Saturday, May 25, 2019

Ark Encounter Sues Over Rain Damage

I guess it's not that good a Noah's Ark replica after all. Ken Ham's Ark Encounter attraction is suing its insurance company over, of all things, rain damage. Or flood damage, depending on who you ask. Either way, it's pretty ironic considering that the legendary Noah's Ark supposedly endured forty days and nights of rain and a (patently impossible) flood that covered the entire world. I thought that Ham's replica was supposed to be accurate!

Ark Encounter, which unveiled the 510-foot-long model in 2016, says that heavy rains in 2017 and 2018 caused a landslide on its access road, and its five insurance carriers refused to cover nearly $1 million in damages. In a 77-page lawsuit filed in U.S. District Court, Ark Encounter asks for compensatory and punitive damages.

The ark itself was not damaged and the road has been rebuilt, according to the suit. The park is open, said Melany Ethridge, a spokeswoman at the attraction’s Dallas-based public relations firm, who only laughed when informed that Ark Encounter had sued over flood damage. "You got to get to the boat to be on the boat," she said.

But to Ark Encounter’s lawyer, Amanda Brooke Stubblefield, at the Cincinnati firm Keating, Muething & Klekamp, the suit is no laughing matter. "We are not going to comment to the press on this case," she said. Ethridge subsequently issued a statement that said: “The lawsuit speaks for itself. We don’t have anything to add at this time, other than to say that we are highly confident of the merits of our case as we seek a fair resolution to the matter."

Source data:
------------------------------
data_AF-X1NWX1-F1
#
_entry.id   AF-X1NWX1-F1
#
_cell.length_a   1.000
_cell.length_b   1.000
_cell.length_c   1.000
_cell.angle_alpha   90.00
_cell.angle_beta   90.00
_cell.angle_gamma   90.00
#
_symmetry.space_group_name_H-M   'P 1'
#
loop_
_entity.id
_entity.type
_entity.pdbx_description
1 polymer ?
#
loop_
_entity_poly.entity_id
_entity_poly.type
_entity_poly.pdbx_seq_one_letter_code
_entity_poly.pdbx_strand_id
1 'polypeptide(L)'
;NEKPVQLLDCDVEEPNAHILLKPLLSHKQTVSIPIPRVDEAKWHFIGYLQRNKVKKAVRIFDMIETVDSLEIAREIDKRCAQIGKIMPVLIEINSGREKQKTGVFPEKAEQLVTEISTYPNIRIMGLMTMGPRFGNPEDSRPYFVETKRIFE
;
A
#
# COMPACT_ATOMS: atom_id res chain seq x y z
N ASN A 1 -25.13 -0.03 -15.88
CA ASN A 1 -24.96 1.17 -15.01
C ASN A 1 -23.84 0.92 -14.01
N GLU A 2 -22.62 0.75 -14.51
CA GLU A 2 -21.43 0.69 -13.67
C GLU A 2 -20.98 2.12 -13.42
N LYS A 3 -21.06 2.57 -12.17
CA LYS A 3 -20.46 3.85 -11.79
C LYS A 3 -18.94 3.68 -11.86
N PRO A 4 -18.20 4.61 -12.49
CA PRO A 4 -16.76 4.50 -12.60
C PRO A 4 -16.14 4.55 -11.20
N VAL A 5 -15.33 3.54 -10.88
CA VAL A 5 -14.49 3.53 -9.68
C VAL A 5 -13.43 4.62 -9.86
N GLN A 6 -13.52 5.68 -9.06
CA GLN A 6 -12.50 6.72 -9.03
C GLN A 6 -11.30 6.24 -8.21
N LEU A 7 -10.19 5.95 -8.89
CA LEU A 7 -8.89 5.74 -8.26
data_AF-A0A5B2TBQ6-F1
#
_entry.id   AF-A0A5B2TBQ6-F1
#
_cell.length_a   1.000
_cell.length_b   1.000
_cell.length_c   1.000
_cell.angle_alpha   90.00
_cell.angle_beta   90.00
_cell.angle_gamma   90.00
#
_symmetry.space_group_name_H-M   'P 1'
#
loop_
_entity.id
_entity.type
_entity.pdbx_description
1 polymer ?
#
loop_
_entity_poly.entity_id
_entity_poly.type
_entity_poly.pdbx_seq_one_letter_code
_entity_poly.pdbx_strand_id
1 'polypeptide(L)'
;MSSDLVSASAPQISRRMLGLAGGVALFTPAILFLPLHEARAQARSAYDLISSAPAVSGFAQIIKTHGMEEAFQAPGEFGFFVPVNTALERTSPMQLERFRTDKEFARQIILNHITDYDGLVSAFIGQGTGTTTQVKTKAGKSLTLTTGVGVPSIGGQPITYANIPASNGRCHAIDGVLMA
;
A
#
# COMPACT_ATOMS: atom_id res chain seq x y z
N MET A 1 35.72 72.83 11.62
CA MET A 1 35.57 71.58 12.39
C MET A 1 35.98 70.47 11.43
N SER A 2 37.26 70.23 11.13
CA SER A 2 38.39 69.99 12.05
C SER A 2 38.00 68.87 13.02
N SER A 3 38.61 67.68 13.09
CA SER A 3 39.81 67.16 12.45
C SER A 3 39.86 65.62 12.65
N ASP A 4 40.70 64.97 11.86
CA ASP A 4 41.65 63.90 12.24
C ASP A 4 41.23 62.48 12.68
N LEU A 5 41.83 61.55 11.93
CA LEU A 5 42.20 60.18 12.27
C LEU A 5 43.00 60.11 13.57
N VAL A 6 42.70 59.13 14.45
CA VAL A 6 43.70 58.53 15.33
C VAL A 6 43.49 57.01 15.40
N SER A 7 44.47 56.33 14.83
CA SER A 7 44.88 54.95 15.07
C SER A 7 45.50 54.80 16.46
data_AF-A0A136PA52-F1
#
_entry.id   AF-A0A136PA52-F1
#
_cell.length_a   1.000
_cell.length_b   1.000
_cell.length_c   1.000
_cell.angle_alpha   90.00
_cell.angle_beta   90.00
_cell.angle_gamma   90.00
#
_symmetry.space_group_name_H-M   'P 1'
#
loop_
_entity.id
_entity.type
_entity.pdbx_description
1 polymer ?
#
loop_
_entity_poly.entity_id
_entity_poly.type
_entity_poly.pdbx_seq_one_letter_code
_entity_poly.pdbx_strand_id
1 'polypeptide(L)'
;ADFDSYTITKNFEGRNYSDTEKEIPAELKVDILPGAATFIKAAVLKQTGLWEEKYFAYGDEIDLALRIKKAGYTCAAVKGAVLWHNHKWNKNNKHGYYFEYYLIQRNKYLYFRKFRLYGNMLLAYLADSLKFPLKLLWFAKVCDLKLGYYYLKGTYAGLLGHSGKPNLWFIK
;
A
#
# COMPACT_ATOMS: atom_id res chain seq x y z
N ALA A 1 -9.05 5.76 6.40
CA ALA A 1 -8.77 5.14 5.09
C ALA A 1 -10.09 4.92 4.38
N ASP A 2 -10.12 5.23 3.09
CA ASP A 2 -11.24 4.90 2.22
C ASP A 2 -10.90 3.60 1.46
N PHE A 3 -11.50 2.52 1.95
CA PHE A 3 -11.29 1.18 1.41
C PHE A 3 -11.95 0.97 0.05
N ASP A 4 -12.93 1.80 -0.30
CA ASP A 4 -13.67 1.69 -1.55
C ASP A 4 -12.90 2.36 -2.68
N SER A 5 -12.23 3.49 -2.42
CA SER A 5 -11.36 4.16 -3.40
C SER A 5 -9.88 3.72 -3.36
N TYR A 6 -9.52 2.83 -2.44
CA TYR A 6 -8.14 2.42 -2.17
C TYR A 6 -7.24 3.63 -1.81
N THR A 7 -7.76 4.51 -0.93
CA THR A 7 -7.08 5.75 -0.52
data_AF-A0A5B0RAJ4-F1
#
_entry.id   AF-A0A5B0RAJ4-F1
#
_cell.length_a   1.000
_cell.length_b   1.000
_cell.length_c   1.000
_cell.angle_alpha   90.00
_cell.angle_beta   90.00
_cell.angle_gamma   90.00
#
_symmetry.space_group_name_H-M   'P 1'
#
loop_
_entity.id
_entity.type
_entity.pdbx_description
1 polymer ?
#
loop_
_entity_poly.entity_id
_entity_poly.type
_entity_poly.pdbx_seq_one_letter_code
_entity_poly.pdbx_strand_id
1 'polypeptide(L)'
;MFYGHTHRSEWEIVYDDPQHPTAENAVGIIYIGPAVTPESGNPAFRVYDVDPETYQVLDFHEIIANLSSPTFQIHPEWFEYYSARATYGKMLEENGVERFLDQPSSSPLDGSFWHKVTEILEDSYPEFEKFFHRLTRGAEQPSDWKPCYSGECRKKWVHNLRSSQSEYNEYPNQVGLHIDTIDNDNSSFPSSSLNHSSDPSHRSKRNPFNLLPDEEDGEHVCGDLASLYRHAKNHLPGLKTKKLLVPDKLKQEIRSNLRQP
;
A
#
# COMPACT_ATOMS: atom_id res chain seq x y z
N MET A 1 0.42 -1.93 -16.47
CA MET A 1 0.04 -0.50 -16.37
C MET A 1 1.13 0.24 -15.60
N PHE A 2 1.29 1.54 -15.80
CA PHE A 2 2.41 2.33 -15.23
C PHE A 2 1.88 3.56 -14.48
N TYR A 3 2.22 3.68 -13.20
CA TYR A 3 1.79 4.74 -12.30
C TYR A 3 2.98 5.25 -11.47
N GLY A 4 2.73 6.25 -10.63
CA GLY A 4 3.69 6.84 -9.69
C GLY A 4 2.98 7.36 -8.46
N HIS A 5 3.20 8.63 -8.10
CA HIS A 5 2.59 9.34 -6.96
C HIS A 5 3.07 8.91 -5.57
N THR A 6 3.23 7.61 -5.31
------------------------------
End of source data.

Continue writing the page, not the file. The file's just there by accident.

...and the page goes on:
Okay, so it's the access road, shown above, that was damaged and I'm being excessively snarky. Still, it should be pointed out that if the ark actually floated it wouldn't need an access road. And there's at least one floating ark in the world already, so it clearly could be built. I find it pretty clear, too, that a working replica ark is a lot more impressive than a building that is just kinda shaped like one.

As far as the merits of the suit go I have no idea. Ham may be a big joke to me, but it also is true that lot of insurance companies will do just about anything to avoid paying claims. My guess is that the policy doesn't include coverage for flood damage - which you have to buy separately - and Answers in Genesis didn't buy supplemental flood insurance. So they're saying this is rain damage and the insurer is arguing it's flood damage. That's actually a legal distinction with wide-reaching implications and not just a snappy punchline.

Still, the snappy punchline is pretty darn funny.

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